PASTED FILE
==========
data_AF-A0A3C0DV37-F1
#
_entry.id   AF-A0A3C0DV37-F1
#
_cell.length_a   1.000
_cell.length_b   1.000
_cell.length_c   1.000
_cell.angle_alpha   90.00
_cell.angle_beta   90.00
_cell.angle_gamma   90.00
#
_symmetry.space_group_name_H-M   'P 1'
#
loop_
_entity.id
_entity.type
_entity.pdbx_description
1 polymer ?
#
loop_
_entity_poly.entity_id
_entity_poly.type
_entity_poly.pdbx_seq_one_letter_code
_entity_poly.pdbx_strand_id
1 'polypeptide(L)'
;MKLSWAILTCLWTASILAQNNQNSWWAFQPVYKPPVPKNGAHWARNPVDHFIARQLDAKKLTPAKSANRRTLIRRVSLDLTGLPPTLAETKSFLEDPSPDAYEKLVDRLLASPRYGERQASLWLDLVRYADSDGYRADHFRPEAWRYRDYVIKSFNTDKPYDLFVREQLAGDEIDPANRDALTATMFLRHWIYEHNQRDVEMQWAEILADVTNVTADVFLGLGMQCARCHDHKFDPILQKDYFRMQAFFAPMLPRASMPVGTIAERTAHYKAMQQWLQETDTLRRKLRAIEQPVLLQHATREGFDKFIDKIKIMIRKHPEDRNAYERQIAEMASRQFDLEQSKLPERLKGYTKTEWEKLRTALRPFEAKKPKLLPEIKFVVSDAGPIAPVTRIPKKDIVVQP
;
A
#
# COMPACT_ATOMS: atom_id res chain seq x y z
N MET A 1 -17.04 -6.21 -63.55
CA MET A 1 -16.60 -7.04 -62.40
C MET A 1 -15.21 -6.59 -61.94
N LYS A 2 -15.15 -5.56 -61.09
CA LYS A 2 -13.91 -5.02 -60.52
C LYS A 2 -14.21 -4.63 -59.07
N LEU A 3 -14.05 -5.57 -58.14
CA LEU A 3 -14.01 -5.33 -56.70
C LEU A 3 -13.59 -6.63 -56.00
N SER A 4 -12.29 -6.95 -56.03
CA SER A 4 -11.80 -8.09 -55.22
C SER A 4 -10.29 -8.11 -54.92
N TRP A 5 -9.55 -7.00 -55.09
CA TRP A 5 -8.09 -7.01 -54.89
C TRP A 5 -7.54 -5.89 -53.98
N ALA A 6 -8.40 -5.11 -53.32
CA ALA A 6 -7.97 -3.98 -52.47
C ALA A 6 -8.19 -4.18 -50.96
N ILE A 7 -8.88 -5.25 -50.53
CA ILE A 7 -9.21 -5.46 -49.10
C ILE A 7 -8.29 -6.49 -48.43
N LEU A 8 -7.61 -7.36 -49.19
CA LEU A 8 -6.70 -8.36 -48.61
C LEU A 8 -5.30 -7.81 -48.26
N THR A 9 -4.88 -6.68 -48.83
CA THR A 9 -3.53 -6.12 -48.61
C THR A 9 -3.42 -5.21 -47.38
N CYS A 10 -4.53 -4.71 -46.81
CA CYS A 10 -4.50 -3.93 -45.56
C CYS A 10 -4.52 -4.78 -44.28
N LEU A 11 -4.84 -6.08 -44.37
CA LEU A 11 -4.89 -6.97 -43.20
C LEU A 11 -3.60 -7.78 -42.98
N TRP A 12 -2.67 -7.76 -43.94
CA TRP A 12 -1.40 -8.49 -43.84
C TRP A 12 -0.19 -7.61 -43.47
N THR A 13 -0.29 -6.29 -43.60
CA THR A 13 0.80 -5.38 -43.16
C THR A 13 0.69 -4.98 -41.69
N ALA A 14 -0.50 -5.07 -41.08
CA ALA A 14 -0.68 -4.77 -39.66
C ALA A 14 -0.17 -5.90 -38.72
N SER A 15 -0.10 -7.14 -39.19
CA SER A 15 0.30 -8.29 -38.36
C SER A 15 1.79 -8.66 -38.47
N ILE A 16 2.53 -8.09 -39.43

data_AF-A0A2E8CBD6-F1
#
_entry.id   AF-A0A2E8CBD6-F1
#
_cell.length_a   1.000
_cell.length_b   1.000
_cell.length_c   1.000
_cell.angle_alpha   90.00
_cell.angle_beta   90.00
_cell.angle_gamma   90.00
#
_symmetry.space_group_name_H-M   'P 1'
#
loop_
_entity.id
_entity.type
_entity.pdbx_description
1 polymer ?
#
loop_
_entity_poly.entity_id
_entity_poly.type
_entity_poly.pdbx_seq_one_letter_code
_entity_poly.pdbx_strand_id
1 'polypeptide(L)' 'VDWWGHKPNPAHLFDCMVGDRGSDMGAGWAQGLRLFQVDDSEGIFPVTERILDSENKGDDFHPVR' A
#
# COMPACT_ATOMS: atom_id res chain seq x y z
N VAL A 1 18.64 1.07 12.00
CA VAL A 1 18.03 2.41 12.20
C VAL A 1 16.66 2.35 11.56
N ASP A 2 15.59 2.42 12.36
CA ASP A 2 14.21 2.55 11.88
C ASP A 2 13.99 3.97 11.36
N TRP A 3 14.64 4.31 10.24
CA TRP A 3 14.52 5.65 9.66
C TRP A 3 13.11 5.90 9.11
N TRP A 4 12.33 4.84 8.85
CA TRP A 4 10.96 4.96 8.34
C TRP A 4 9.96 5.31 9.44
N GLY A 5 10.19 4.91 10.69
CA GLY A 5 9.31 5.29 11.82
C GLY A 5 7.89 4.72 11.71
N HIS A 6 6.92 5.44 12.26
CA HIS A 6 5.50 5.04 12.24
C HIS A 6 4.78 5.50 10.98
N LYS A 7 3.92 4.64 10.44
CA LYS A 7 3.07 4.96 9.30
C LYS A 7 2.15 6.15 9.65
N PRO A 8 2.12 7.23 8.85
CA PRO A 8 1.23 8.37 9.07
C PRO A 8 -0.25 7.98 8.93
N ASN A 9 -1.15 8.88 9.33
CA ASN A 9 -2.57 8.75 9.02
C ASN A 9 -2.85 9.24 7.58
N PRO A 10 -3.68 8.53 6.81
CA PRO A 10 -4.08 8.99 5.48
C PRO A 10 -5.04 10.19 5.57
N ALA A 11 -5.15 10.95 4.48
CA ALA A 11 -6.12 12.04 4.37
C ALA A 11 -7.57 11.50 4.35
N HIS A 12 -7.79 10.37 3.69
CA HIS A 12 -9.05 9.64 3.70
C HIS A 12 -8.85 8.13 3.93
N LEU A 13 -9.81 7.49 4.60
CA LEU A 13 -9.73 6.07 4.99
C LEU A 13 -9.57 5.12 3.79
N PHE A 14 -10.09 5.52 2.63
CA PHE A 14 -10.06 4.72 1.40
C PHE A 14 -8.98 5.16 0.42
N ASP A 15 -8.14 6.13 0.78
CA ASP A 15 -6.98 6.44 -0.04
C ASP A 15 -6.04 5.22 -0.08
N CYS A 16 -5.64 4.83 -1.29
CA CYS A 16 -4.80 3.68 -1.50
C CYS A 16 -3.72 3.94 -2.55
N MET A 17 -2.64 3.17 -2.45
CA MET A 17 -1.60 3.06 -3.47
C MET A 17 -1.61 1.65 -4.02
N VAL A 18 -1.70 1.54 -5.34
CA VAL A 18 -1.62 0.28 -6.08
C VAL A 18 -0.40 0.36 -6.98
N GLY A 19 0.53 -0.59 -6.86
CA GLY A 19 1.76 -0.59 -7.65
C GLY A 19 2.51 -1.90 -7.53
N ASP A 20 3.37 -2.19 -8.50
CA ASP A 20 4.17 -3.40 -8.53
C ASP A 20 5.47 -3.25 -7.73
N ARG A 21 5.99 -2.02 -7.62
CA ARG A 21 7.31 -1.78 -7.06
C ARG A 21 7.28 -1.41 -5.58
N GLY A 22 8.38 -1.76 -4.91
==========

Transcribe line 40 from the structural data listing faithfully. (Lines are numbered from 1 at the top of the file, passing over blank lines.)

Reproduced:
N SER A 4 -12.29 -6.95 -56.03